Playa de los Cocedores at San Juan de los Terreros in Pulpi municipality is the easternmost beach in Almeria province. A perfect semi-circle of golden sand.
By Nick Nutter | Updated 23 Apr 2022 | Almería | Places To Go | Login to add to YOUR Favourites or Read Later
Weird sandstone erosion at Playa de los Cocedores
This beach is as far east as you can travel along the coast in Almeria. It is properly called Cala Cerrada, Closed Cove, due to the small, charming bay being almost enclosed by headlands. The locals however have known it as Playa de los Cocedores, Beach of Cookers, for generations. Cookers is not a reference to barbecues or even the chiringuito, it refers to the cauldrons that were set up on the beach to cook esparto grass until at least the latter half of the 20th century.
Petrified sandstone Playa de los Cocedores
Esparto grass has been grown for thousands of years; the earliest baskets made from esparto date back to the Neolithic period. But it is not just baskets. Sandals, umbrellas, place mats, hats, furniture, even personal ornamentation and body armour can be made from this versatile plant. Just behind the beach, in summer, is a Centre of Interpretation at which you can see how the grass was grown, treated, and many of the items that can be crafted. There is also a small exhibition at Castillo de San Juan. During the 19th century, Almeria even exported its esparto grass to places as far afield as London where it was used to make paper. The industry continued well into the 1960s.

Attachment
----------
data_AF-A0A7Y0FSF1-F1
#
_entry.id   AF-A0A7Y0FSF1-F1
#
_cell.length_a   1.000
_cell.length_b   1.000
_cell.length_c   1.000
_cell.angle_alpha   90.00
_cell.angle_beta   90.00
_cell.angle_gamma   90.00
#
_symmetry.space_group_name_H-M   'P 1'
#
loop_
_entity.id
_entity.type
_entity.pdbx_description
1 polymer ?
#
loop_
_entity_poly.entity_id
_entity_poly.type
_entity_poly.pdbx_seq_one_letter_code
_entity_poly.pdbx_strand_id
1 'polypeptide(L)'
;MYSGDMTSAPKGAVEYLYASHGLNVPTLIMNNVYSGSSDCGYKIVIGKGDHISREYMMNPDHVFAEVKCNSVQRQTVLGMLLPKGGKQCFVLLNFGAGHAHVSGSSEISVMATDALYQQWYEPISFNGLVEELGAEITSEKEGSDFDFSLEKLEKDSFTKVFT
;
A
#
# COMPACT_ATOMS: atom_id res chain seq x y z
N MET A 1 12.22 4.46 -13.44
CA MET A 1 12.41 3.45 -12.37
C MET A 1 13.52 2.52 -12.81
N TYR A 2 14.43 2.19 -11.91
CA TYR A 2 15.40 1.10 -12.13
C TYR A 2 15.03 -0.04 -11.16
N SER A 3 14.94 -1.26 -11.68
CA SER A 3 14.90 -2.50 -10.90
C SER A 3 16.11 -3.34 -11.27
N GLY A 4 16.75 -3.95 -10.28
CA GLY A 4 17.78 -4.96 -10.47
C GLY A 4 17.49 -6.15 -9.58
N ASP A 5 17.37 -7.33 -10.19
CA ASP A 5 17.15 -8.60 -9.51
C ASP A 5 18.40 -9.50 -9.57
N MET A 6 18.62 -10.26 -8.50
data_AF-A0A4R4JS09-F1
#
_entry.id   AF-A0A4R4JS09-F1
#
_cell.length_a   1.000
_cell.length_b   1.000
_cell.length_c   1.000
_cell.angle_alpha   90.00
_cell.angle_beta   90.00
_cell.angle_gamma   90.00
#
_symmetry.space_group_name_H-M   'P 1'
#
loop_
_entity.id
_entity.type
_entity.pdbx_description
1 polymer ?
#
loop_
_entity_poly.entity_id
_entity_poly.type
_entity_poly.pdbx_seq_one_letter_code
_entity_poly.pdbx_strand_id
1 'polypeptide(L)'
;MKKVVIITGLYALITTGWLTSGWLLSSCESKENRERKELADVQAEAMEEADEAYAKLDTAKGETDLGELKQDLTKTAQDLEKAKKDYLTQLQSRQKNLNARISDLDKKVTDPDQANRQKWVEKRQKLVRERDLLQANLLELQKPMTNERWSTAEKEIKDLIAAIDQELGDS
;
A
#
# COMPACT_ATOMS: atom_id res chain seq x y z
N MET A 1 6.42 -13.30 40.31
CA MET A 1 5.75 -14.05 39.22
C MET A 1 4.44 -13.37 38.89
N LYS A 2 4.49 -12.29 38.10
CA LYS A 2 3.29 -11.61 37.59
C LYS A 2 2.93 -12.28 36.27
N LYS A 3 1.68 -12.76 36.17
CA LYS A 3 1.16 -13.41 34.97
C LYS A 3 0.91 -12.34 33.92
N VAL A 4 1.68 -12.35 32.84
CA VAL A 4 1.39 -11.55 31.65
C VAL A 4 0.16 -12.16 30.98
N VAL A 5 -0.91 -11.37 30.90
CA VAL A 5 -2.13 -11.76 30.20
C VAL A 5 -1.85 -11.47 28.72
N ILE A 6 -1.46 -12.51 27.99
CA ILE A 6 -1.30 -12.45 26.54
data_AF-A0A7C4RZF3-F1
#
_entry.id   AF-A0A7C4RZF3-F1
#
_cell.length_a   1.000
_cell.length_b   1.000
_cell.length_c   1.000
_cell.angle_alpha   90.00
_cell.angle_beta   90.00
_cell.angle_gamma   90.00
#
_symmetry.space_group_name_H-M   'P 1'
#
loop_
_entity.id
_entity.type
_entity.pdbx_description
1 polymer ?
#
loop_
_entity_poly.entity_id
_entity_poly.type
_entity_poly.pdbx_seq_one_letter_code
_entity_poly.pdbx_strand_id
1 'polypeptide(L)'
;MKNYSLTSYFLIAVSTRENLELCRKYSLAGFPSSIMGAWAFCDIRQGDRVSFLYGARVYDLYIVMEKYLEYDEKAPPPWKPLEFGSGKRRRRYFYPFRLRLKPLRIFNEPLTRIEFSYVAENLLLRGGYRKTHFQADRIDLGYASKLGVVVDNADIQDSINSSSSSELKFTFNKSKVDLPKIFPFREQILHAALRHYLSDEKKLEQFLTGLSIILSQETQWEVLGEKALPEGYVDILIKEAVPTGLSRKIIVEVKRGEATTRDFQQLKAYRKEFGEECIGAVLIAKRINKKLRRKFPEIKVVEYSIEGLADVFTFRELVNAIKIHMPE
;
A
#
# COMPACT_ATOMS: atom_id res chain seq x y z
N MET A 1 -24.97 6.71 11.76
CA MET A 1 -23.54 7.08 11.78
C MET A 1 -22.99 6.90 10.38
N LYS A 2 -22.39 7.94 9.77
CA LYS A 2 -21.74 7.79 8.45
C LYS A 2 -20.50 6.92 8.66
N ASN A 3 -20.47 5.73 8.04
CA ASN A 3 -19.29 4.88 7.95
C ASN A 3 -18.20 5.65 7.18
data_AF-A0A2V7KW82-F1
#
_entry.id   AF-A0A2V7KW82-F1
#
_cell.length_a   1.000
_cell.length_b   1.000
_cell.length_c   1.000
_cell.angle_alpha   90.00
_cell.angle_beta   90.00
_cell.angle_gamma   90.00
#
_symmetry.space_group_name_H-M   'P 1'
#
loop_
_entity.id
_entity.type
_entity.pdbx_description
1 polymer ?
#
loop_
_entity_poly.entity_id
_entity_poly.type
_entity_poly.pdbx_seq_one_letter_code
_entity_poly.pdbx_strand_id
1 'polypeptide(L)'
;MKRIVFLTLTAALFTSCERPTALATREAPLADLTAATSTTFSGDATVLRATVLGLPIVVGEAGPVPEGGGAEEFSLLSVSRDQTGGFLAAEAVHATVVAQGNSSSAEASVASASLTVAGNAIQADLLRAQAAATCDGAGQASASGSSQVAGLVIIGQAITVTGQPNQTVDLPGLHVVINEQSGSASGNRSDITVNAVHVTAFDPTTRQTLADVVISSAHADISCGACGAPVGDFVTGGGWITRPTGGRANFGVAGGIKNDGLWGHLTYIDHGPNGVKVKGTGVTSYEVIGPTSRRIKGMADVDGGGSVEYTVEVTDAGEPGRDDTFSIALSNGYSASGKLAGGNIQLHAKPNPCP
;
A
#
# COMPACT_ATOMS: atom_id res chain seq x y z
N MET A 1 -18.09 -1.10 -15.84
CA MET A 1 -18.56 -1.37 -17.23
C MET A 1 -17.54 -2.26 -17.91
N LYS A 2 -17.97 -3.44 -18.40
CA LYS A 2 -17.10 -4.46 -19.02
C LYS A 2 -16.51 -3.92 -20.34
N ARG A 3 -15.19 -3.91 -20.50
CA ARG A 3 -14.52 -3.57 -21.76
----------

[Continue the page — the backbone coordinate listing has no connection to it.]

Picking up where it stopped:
Overlooking Playa de los Cocedores
Enough with the history, back to the beach. It is only 150 metres from end to end, an almost perfect semi-circle of golden sand, with the open side facing south. Headlands to the east and west shelter the bay from all but the worst storms. The water is crystal clear and shallow, perfect for children. At the eastern end of the cove, an area has been partitioned off with stones to make a very sheltered paddling pool. Originally this was where the grass growers soaked the grass prior to simmering it in the cauldrons to make it pliable.
Playa de los Cocedores eastern headland with shelters
The headlands are composed of petrified sand, sand that has not quite had enough time and pressure exerted on it to make sandstone. It is soft and easily eroded which accounts for the weird shapes some of the cliffs and stacks have formed. It also made it easy for those grass cutters to dig out caves to shelter them from the sun, house the cauldrons, and provide shelter for their mules and donkeys. Today they tend to become occupied by locals with all the paraphernalia needed for an extended family barbeque.
Esparto rig of the day
Behind the beach is a chiringuito that is only open during the summer and a huge area for car parking. Unfortunately dozens of mobile homes tend to congregate there and stay for weeks so turn up early.